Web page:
But while there are more sex offenders out there, some leaders say they are quite encouraged by the number, crediting aggressive action from law enforcement.
"I love my job," said Faulkner County Sgt. David Hall.
Sgt. Hall was on a mission Monday.
A KARK crew was with him as he took to the streets, looking to see if sex offenders are where they're supposed to be.
"The majority want to comply," he said.
It's not an easy job. Sgt. Hall and his team have to lay eyes on more than 150 offenders several times a year.
The sex offender registry, he says, can work to keep people safe.
"It's only as good as the people who enforce it," Sgt. Hall said.
That's why, unannounced, he rolls up and waits to see who opens the door.
In her office and in her own way, Paula Stitz also searches for sex offenders. As the head of the state's registry system, she maintains thousands of files, maps the offenders and looks for those who have simply disappeared.
"Those are the most troubling ones-the ones that law enforcement has gone out and they respond to us...that they are no longer living there," Stitz said.
But Stitz says recent numbers show a surprising turn of events.
Right now, 300 sex offenders in the state are termed "address unknown," meaning law enforcement has no idea where they were.
But that number is going down significantly from years past, despite the fact that total sex offender numbers are up.
"We're real pleased with that," she said.
One reason, Stitz says: swift action and better communication between law enforcement agencies, including cross-country help from the feds which arrived just a few years ago.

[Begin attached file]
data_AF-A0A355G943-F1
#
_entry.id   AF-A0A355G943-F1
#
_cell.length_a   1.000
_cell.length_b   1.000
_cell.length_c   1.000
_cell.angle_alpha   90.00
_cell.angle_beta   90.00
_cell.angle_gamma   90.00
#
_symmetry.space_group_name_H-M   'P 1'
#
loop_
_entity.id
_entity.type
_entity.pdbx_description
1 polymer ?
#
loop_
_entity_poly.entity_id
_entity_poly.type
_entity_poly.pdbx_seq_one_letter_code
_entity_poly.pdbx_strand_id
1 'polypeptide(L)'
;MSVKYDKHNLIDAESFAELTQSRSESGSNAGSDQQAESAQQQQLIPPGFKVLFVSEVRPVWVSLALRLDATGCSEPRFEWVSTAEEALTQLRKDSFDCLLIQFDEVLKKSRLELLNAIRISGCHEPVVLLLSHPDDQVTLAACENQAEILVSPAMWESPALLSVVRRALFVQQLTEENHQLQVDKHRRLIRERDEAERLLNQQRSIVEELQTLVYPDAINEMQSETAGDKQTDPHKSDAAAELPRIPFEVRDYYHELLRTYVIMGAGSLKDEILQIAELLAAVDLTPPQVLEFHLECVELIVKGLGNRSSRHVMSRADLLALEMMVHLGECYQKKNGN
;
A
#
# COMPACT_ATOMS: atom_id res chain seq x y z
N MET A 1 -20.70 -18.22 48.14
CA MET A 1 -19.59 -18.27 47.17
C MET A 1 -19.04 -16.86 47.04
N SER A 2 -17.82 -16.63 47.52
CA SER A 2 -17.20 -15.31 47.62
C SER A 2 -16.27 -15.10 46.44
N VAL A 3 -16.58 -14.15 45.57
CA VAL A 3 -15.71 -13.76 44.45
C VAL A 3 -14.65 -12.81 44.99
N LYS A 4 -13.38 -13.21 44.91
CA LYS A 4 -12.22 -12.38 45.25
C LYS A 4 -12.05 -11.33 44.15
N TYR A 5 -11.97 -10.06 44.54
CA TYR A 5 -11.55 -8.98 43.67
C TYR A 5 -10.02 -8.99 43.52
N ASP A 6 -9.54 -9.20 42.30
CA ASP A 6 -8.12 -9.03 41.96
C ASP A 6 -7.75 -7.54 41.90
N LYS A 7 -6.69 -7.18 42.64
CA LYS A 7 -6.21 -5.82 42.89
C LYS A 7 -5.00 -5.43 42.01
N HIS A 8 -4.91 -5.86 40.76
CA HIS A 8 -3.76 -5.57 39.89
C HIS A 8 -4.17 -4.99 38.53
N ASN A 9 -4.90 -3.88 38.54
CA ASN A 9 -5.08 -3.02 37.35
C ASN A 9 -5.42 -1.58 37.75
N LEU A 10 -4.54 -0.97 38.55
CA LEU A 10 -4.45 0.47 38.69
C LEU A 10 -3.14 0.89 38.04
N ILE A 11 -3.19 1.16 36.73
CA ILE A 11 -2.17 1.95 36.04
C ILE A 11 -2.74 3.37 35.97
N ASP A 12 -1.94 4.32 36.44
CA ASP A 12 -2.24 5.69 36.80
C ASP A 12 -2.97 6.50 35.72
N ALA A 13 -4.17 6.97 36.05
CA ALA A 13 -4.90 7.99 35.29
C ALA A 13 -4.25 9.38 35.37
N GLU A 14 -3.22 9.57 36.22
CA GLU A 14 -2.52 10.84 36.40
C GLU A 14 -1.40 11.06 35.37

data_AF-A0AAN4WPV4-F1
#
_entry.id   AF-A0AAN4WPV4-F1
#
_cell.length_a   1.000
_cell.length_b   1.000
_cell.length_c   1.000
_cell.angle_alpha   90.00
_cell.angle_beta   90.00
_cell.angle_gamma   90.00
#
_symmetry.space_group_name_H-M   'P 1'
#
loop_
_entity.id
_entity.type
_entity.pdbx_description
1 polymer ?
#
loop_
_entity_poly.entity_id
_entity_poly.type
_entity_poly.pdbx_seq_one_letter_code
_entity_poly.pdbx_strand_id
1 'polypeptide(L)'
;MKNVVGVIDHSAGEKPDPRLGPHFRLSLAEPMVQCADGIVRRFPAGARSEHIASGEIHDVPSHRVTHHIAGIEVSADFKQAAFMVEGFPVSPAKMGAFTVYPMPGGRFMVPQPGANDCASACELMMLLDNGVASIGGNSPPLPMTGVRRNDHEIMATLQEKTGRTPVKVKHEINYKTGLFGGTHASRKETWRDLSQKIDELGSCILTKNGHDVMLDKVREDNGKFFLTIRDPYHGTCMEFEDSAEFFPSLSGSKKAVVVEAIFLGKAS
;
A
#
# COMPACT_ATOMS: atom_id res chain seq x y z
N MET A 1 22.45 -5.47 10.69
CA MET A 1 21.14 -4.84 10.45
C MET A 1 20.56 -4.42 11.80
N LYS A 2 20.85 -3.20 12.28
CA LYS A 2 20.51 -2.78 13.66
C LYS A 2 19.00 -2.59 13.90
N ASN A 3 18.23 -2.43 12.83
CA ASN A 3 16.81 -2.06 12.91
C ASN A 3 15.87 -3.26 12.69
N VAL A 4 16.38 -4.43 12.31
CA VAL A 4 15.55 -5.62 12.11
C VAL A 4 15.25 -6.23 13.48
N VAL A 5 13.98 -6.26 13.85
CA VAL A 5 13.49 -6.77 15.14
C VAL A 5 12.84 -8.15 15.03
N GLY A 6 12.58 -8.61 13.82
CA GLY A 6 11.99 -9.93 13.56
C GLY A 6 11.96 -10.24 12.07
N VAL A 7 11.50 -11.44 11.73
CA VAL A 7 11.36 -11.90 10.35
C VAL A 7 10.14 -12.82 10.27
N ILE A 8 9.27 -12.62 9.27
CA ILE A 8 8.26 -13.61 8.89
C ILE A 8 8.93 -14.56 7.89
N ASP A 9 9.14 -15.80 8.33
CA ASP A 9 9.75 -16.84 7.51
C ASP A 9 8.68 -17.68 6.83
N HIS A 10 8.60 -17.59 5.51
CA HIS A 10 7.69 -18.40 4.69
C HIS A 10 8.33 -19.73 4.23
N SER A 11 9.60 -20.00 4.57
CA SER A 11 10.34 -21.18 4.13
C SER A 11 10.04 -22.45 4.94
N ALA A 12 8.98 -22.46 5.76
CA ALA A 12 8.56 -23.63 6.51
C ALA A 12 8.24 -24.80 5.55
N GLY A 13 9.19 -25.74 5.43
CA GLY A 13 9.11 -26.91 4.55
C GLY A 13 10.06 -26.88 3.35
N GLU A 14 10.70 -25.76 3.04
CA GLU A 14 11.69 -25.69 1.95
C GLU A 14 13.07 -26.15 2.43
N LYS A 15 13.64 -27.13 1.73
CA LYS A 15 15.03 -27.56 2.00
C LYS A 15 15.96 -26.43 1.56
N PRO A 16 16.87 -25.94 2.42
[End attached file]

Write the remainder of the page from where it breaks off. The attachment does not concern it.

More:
"I think a big pat on the back for the US Marshal's for being very, very active," Stitz said.
Another reason for the improved numbers, Stitz says, is better technology. Now, when a sex offender comes in to register every few months, their information is immediately uploaded to a state database. Law enforcement agents can even snap a current photo.
Back in Faulkner County, Sgt. Hall has found the one he's looking for. He checks his ID and asks critical questions.
After a search inside, a level 3 offender is allowed on with his day.
Another offender nearby was also found at home and was also in compliance with his requirements.
It's all in a days' work for Sgt. Hall.
"Makes me feel better when I know they are where they are supposed to be," Sgt. Hall said.
He says it just brings them one step closer to the ultimate goal.
"Keeping the public safe, keeping kids safe," Sgt. Hall said.
The state now has crossed about a dozen offenders off their list.
For the first time ever this year, some offenders have been removed from the registry.
It's a provision of the law, created in 1997, that allows them off the list after 15 years, with a judge's approval.